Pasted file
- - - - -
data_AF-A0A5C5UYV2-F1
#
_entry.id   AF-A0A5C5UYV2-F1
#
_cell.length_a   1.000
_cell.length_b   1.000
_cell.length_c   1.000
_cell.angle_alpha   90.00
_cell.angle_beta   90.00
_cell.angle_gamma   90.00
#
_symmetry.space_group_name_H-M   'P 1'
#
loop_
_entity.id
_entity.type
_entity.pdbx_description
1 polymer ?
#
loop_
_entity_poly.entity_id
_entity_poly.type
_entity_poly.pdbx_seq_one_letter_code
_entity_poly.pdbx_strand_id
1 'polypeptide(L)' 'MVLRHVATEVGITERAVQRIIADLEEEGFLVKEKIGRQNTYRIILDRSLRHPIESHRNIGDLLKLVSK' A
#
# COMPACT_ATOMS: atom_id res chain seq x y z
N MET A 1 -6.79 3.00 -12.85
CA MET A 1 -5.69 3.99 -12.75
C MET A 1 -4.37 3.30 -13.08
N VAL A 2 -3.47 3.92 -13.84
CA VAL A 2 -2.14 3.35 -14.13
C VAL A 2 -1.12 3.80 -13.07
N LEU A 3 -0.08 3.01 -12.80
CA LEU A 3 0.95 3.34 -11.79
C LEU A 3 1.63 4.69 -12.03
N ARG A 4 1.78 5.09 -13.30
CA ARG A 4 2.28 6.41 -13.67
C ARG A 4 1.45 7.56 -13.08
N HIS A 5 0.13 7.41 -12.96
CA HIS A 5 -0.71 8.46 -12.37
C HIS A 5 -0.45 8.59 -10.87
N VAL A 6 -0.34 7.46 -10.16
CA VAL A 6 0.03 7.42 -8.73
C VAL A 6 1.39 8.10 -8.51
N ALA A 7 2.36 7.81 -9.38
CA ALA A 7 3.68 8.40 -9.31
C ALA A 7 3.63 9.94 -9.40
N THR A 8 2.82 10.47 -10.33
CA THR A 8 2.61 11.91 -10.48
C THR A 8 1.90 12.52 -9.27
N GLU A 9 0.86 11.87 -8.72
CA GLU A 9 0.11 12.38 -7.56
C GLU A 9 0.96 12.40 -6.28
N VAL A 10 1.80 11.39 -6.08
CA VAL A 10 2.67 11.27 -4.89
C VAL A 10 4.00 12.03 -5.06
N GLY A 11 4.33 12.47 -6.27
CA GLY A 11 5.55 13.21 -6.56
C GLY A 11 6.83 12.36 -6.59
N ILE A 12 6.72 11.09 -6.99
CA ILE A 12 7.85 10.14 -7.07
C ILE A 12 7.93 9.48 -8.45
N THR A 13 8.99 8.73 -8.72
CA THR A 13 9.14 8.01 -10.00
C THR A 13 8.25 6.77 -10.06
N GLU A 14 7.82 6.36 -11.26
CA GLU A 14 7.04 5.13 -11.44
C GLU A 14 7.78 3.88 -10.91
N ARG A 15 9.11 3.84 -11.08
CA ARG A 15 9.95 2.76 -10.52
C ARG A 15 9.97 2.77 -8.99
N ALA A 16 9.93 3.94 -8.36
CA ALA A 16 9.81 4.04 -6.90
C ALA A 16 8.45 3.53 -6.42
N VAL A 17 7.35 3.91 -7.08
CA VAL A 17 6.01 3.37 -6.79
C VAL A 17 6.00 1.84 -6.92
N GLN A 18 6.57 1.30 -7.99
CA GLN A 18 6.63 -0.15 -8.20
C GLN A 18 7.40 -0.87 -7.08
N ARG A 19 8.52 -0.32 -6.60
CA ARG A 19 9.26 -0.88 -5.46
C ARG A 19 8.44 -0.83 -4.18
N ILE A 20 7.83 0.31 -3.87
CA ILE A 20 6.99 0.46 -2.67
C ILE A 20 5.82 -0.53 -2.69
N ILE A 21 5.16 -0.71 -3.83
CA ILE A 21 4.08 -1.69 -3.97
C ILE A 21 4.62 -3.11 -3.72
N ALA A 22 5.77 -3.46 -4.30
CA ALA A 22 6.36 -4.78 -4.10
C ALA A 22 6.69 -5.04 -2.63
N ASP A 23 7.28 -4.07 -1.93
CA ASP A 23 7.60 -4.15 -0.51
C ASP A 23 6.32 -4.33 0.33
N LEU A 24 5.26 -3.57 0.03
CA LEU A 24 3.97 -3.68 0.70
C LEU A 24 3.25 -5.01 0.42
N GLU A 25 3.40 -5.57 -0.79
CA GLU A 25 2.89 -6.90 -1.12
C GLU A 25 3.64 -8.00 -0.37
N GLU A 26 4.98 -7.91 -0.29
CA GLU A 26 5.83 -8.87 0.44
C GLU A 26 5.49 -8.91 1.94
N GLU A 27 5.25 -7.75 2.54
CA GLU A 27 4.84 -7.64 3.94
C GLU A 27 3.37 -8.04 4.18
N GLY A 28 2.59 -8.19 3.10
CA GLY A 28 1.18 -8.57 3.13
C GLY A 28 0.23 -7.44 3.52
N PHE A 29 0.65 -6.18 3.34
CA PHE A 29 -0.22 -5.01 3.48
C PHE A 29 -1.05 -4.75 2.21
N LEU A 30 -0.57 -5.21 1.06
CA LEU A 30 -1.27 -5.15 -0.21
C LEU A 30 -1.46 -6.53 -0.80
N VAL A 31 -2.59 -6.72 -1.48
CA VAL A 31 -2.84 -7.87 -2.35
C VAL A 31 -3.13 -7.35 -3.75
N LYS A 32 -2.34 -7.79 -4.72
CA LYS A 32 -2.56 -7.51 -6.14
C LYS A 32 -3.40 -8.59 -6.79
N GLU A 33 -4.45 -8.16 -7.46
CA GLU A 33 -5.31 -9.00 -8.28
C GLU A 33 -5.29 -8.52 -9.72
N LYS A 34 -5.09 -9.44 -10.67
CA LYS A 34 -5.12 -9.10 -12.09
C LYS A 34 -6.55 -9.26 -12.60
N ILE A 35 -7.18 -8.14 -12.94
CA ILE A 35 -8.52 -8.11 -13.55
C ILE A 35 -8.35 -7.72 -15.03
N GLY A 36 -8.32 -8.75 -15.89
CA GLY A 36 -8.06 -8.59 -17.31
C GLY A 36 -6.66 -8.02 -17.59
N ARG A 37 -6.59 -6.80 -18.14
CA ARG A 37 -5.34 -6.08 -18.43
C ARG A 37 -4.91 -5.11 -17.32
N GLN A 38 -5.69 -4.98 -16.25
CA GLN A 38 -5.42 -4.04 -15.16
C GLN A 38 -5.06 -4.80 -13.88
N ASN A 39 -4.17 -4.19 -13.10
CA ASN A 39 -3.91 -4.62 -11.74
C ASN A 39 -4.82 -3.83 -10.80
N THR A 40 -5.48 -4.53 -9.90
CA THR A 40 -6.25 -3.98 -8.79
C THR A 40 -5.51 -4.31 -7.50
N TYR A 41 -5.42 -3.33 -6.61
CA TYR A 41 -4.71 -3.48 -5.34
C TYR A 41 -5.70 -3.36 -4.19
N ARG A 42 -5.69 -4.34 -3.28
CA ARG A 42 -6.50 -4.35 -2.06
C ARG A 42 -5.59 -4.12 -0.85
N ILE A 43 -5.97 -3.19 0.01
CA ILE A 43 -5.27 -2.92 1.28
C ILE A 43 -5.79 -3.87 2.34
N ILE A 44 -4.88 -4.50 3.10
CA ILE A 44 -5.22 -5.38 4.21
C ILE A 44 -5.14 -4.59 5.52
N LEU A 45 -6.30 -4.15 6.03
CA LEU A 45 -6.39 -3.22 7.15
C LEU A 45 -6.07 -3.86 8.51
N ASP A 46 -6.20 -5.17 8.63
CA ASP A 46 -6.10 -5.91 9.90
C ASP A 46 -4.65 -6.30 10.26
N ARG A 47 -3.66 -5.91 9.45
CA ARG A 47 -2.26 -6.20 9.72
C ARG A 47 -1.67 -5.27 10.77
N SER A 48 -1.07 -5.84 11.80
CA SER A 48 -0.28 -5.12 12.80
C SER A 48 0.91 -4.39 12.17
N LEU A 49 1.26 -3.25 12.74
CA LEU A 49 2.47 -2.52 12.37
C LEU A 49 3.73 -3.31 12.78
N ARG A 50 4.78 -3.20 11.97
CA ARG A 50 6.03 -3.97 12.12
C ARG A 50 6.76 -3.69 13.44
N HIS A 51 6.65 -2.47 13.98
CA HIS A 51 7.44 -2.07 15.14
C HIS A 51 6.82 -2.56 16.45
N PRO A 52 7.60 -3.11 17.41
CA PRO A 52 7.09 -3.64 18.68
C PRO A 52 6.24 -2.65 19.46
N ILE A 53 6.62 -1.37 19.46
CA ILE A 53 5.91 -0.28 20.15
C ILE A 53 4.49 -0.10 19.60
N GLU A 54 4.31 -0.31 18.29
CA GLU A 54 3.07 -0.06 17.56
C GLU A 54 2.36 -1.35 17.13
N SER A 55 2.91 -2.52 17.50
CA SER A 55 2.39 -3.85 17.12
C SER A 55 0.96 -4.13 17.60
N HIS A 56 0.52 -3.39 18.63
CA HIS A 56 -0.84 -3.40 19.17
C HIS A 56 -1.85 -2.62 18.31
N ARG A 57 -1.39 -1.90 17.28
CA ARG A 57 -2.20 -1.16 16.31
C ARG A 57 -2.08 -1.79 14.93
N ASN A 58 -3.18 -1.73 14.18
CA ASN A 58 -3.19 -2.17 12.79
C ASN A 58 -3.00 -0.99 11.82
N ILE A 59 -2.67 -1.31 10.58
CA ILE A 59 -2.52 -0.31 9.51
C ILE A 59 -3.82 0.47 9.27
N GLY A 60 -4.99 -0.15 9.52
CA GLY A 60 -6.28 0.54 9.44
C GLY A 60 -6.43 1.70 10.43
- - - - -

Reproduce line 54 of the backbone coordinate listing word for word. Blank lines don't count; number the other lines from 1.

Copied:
C GLU A 9 0.96 12.40 -6.28